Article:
From de Gruchy's Lime Works

A Lime Whitewash / Colorwash Recipe

  • 10 lbs St. Astier Natural Hydraulic Lime 2 (NHL 2)
  • 2 gallons of water
  • ¼ cup of casein powder dissolved in hot water
  • ½ cup of Borax (Won't allow mold & helps repel insects along with the lime)
  • 3 lb common table salt (Salt is proven to only be beneficial to lime whitewash to harden it. Don't use salt with any Portland Cement based materials.)
  • ¼ teaspoon laundry bluing for extra whitening or approximately ¾ lb of iron oxide pigment for a color of choice.
  • Add 1 oz Alum to help make the pigment become more colorfast

I've also seen 1-2% linseed oil added as a binder, up to 1/8 raw linseed oil for the liquid.

A whiter colour and increased mildew resistance may be added by adding copper sulfate. This does make the paint more poisonous in quantity.


Traditional pre-made whitewash had fine chalk. (CaCO3) Since whitewash 'hardens' by Ca(OH)2 + CO2 => CaCO3 the addition of chalk reduces the amount of hardening needed. Too much chalk however and there's not enough binding to hold everything together. Chalk doesn't need to be roasted in its making so it's a lot cheaper.

Wikipedia https://en.wikipedia.org/wiki/Whitewash

Good article: http://pachamamatrust.org/f2/1_K/CBu_build/Se01_whitewash_KBu.htm

This latter mentions several other binders, and is oriented somewhat to conservation applications.

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None of the recipes in my first answer are anything like permanent, but they answered the request for whitewash.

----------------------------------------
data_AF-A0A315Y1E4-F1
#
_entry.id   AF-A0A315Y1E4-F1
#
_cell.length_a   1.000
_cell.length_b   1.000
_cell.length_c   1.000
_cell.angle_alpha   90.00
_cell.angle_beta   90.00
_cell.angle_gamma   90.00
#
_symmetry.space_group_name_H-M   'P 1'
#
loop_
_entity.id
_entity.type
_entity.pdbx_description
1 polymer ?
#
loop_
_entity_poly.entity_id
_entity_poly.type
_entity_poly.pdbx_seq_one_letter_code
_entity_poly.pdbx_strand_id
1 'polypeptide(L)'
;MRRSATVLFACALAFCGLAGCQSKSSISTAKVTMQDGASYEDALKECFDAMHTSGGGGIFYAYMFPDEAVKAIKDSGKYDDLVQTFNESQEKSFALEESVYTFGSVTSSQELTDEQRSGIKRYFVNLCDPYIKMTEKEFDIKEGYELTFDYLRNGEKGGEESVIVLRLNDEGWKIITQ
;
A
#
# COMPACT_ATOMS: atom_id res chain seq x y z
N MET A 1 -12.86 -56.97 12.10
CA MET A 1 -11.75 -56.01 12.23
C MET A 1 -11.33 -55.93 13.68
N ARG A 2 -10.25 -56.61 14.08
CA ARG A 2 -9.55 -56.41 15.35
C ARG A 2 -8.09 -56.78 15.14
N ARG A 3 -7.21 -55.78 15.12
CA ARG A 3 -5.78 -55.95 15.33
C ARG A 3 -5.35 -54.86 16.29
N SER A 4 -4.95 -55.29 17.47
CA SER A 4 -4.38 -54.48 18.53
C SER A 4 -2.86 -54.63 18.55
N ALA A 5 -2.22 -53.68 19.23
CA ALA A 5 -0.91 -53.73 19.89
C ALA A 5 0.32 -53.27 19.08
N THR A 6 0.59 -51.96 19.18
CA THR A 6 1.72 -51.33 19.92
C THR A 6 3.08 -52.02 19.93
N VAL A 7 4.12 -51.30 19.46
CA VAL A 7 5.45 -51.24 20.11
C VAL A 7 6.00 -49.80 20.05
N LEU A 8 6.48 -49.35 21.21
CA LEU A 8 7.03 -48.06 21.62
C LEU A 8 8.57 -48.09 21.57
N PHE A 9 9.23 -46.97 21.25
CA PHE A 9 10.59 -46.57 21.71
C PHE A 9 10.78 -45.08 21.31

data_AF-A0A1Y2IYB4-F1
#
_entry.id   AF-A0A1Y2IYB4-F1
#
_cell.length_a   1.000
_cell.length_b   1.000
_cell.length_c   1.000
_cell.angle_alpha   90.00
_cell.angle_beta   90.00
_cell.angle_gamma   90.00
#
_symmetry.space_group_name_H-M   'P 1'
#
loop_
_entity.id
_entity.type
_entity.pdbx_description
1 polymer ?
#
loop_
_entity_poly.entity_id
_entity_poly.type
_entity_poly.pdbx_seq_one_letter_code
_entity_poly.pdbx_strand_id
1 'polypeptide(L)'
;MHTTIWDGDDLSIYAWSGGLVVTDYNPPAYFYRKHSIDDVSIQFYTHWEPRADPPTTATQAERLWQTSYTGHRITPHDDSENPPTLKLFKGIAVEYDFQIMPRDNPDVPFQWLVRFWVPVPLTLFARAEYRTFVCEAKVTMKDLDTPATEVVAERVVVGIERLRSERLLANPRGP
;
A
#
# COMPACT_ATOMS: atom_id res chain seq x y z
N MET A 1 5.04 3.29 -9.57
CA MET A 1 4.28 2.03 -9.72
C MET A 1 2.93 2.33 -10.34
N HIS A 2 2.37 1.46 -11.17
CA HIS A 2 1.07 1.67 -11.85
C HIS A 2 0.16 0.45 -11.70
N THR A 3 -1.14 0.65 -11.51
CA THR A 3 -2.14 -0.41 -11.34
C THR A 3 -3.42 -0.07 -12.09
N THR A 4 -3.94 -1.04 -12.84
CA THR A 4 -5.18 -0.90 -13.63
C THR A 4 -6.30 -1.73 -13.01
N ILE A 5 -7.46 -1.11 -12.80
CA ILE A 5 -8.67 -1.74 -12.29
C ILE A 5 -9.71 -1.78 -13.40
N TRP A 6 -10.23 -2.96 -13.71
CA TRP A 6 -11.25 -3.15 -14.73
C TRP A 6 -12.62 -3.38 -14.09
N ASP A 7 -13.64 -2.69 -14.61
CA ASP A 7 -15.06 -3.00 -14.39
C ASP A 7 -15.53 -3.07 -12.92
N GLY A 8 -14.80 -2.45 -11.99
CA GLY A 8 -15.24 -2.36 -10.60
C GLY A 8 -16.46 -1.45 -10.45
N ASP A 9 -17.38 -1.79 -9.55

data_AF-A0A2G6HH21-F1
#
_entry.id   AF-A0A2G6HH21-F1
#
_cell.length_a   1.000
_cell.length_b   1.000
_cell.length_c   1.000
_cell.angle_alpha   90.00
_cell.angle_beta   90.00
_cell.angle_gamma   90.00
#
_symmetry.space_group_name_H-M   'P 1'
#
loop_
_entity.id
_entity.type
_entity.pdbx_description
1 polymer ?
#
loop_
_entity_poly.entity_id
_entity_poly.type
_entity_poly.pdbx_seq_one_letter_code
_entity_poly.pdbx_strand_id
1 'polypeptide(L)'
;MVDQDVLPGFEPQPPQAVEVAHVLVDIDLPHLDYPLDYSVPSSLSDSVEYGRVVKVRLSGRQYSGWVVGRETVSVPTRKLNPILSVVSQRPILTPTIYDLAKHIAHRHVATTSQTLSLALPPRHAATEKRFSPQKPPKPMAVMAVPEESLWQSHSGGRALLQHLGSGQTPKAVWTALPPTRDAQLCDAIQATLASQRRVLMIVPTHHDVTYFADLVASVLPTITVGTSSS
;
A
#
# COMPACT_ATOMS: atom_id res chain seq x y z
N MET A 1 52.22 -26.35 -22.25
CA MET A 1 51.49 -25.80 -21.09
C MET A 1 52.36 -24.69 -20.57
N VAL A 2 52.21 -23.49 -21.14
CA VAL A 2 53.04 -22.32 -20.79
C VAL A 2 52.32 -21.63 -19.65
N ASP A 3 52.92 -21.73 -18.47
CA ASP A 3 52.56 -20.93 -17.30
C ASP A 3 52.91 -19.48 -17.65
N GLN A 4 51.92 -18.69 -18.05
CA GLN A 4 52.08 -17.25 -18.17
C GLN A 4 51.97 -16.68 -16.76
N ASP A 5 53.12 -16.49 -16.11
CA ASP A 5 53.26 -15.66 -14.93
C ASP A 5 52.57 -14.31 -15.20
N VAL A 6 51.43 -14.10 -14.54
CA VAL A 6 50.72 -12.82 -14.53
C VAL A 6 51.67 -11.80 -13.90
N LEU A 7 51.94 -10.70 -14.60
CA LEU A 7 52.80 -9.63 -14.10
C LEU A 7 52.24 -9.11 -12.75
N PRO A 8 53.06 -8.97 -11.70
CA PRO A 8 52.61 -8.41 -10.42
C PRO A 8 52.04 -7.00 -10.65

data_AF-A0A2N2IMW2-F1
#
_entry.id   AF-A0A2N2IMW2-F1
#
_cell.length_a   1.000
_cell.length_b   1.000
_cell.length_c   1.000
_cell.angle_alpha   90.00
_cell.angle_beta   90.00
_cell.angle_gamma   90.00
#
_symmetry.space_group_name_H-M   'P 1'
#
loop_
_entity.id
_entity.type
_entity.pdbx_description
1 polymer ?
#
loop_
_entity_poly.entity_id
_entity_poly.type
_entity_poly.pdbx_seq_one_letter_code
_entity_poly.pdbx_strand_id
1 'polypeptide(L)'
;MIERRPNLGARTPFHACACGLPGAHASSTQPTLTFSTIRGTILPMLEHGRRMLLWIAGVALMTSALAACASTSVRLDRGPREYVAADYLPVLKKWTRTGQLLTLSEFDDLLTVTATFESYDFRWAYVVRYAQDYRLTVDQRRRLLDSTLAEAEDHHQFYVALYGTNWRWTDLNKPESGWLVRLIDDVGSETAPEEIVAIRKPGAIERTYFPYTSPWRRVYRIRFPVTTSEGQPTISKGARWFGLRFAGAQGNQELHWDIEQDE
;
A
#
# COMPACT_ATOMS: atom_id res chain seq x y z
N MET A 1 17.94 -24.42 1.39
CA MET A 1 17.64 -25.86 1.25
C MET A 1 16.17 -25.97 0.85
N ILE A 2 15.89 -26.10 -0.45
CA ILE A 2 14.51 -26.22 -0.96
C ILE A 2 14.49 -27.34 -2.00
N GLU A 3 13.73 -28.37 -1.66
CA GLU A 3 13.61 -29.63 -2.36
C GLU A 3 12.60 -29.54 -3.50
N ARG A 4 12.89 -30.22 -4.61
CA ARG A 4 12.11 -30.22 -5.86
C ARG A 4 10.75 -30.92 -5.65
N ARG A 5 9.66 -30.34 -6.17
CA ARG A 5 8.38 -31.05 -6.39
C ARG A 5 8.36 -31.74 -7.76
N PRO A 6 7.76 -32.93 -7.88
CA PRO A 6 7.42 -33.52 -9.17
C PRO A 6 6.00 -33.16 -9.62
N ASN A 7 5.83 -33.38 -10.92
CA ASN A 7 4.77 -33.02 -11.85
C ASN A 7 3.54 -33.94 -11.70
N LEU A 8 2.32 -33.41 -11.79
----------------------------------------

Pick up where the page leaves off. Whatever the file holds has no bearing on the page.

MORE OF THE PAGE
A better approach that will require a bit of experimentation:

A: Use paint as a wiping stain. This works quite well if your wood is smooth. Dip a rag into paint, and wipe on. Wipe off the excess. This method does NOT work well with rough lumber, as the rough stuff holds too much paint in the depressions.

If you use latex paint, it may raise the grain leaving a rougher surface. To prevent this wet the surface with a sprayer, allow to dry, and sand with 150-200 grit. Take off the raised grain. With some woods you may have to do this more than once.

As a kid my bedroom was done this way, using 1/4" G1S fir plywood as paneling. Grain showed through but it was overall close to white.

B: Start with cheap white paint, and dilute it roughly 1 to 1 with the appropriate solvent. Note that this will make the paint very runny. You will want drop cloths in place. Paint on. with a brush or roller. Use scraps from your project to test. Note that the appearance wet and dry will be different.

C: If you like the sparkly patina of whitewash (made by calcite crystals as it changes to CaCO3) then use one of hte white wash recipes above, and try diluting that with latex paint 1 part paint to 2-3 parts white wash.

D: Another way to stabilize whitewash would be to apply a coat of water soluble polyurethane varnish after. A semi-gloss or satin would give you a reasonable to clean surface.